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flat assembler > Windows > number of bytes differs for simple instruction

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trogne



Joined: 10 Sep 2018
Posts: 6
Using "use16" or "use32" or "use64", I don't understand why the number of bytes differs for this simple instruction :

"inc eax"

With use16, I get 2 bytes (using xxd -b file.bin, to see the binary) :

01100110 01000000

With use64, I get 2 bytes :

11111111 11000000


With use32, only 1 byte :

01000000



What can explain those differences, and why use32 is only 1 byte ?
Post 10 Sep 2018, 17:55
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DimonSoft



Joined: 03 Mar 2010
Posts: 451
Location: Belarus
Different encodings. See Intel Software Developer’s Manual.

For 16-bit mode using eax (32-bit register) requires the $66 prefix. In 32-bit mode the prefix is not required since the operand is of default size, so it basically is equal to the one in 16-bit mode except for the size-override prefix.

In 64-bit mode the byte values $40–$4F that used to be INC/DEC instructions became so called REX prefixes which are specific to 64-bit mode. So, the encoding of INC is different here (uses $FF escape byte).
Post 10 Sep 2018, 18:18
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trogne



Joined: 10 Sep 2018
Posts: 6
Thanks, I understand the 16-bit prefix, but not the 64-bit prefix.

What do you mean by "byte values $40–$4F" and "REX prefix" ?

Why the extra 1 in second part : 11111111 11000000 instead of 11111111 01000000 ?
Post 10 Sep 2018, 18:55
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trogne



Joined: 10 Sep 2018
Posts: 6
Oh I think I see.

The range "01000000" ($40) to "01001111" ($4F) pertains to 64-bit mode (REX prefix). So the encoding is different : the INC instruction is instead "11000000", and DEC is "11001000".

That's right ?
Post 10 Sep 2018, 19:09
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DimonSoft



Joined: 03 Mar 2010
Posts: 451
Location: Belarus
The encoding of INC and DEC becomes a 2-byte opcode where the first byte has value $FF and it is used as the first byte for a few other instructions as well, and the second byte is used to determine which of those instructions is actually used. Note also that if you change the register the second byte value will change. AFAIR, it will be the least-significant 3 bits having values 000 = EAX, 001 = ECX, 010 = EDX 011 = EBX, etc.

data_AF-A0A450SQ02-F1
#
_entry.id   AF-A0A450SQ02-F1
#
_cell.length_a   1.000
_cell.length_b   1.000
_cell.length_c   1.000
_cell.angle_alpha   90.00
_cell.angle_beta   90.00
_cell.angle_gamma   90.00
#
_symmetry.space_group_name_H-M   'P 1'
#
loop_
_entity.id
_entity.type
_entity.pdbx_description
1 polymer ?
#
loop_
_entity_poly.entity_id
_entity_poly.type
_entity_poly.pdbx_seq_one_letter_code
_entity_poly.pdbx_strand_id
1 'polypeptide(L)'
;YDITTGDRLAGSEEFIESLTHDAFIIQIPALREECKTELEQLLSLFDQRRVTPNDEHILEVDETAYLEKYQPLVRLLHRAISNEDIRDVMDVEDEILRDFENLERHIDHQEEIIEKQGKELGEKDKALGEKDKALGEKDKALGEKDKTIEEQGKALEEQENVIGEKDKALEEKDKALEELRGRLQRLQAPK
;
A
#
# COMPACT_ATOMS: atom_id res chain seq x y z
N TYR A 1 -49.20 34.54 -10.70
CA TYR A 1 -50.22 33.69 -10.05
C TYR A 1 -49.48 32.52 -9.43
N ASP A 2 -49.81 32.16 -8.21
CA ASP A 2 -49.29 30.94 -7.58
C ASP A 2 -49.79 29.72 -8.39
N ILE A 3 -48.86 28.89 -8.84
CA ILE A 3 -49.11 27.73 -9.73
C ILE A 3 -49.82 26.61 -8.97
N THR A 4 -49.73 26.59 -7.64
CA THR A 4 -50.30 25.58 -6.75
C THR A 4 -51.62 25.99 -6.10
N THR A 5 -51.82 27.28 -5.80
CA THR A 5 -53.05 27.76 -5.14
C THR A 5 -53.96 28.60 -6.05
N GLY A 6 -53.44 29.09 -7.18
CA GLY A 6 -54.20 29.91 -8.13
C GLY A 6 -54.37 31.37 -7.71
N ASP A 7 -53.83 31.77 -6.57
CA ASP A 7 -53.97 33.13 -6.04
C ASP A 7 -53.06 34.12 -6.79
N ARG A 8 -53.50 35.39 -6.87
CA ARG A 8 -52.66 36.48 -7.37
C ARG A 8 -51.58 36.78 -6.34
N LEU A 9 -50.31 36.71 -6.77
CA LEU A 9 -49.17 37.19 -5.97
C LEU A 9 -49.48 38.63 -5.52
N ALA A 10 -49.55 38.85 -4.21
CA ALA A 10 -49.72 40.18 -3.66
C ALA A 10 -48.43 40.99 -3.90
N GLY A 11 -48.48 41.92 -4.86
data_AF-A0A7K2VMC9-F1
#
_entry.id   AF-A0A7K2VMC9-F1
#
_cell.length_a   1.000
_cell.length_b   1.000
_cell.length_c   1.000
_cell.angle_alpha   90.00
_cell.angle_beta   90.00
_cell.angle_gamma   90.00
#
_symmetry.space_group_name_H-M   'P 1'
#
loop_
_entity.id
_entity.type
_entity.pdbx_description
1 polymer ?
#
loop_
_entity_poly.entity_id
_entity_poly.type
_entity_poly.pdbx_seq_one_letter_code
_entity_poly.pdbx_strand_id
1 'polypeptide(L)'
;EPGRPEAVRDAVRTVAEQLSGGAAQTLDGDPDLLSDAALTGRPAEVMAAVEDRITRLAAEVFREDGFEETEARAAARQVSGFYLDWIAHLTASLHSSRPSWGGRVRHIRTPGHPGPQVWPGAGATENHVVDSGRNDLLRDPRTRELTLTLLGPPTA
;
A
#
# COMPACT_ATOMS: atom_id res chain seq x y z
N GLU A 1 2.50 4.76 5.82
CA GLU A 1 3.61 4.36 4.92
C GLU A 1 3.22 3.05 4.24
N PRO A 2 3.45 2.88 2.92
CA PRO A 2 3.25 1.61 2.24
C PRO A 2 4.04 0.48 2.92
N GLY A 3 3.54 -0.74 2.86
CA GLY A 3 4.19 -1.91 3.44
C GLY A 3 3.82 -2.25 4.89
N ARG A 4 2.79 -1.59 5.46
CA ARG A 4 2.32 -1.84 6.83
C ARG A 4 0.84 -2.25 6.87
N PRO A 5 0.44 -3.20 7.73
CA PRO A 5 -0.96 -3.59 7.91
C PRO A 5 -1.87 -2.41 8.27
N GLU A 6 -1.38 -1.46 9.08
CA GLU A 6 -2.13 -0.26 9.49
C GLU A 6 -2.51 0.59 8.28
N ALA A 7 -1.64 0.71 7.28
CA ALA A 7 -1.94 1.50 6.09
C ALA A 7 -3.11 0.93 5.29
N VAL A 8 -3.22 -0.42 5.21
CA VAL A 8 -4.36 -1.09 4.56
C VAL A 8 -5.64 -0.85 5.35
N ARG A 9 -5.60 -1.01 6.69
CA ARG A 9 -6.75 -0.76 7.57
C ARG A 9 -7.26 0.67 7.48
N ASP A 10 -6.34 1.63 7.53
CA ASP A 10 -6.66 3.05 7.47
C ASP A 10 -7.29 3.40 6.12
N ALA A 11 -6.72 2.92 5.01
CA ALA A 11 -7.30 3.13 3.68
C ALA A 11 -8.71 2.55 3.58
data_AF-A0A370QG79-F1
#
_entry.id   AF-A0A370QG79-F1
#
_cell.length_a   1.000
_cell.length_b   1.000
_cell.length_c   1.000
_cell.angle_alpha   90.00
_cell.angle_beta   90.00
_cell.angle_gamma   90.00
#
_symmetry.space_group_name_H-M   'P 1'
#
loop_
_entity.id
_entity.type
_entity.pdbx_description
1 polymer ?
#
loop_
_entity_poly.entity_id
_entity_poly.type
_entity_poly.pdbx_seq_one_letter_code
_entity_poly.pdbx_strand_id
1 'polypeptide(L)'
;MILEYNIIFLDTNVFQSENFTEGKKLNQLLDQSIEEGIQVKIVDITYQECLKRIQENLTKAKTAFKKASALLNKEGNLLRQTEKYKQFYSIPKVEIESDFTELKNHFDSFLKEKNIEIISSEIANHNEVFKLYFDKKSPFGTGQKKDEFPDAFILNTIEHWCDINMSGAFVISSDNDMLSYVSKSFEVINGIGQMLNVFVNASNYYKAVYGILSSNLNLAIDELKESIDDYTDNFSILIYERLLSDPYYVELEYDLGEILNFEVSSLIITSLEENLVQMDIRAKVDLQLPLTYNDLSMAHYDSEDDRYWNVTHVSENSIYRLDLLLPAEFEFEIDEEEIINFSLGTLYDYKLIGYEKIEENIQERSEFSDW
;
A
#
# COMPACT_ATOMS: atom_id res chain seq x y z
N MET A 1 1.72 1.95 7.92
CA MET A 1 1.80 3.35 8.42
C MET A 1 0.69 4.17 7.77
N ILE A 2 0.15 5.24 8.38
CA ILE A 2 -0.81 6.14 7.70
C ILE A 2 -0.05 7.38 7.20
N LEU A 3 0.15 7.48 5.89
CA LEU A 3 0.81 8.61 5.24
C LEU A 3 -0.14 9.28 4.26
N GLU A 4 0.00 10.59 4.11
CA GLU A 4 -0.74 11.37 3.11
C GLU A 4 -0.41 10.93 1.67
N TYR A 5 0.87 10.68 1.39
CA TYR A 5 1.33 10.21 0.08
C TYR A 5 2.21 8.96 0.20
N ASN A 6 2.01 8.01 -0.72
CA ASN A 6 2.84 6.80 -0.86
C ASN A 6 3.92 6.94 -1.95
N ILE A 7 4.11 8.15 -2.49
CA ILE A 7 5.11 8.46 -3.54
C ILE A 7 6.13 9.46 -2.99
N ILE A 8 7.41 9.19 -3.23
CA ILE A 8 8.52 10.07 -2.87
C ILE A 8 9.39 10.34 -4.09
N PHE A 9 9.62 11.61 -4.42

Post 10 Sep 2018, 20:12
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Mikl___



Joined: 30 Dec 2014
Posts: 93
Hi, trogne!
look here examples of INC instruction in 64-bit mode
Post 11 Sep 2018, 00:02
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Tomasz Grysztar
Assembly Artist


Joined: 16 Jun 2003
Posts: 6999
Location: Kraków, Poland
Let me try provide a wider image.

There are two different ways to encode INC REG, one short and one long. Similarly, there are two ways of encoding DEC REG:

01000RRR - INC REG (RRR = 000 for EAX)
11111111 11000RRR - INC REG
01001RRR - DEC REG
11111111 11001RRR - DEC REG

Assemblers generate the shorter form whenever possible, the longer usually has no advantages.
But in long mode the short form no longer exists, these encodings have been taken over to mean REX prefix. Therefore the long one remains the only option.

In addition to that, instruction without prefixes (as the ones shown above) uses the size of register that is native to the mode.

66h prefix (01100110) changes the size to 32-bit when in 16-bit mode, or to 16-bit in all other modes.

USE16
01000000 - INC AX
01100110 01000000 - INC EAX
11111111 11000000 - INC AX
01100110 11111111 11000000 - INC EAX

USE32
01000000 - INC EAX
01100110 01000000 - INC AX
11111111 11000000 - INC EAX
01100110 11111111 11000000 - INC AX

USE64
(short form of INC/DEC does not exist)
11111111 11000000 - INC EAX
01100110 11111111 11000000 - INC AX
01001000 11111111 11000000 - INC RAX

The last instruction above uses REX prefix.
Post 11 Sep 2018, 06:59
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trogne



Joined: 10 Sep 2018
Posts: 6
Thank you Smile
Post 11 Sep 2018, 18:30
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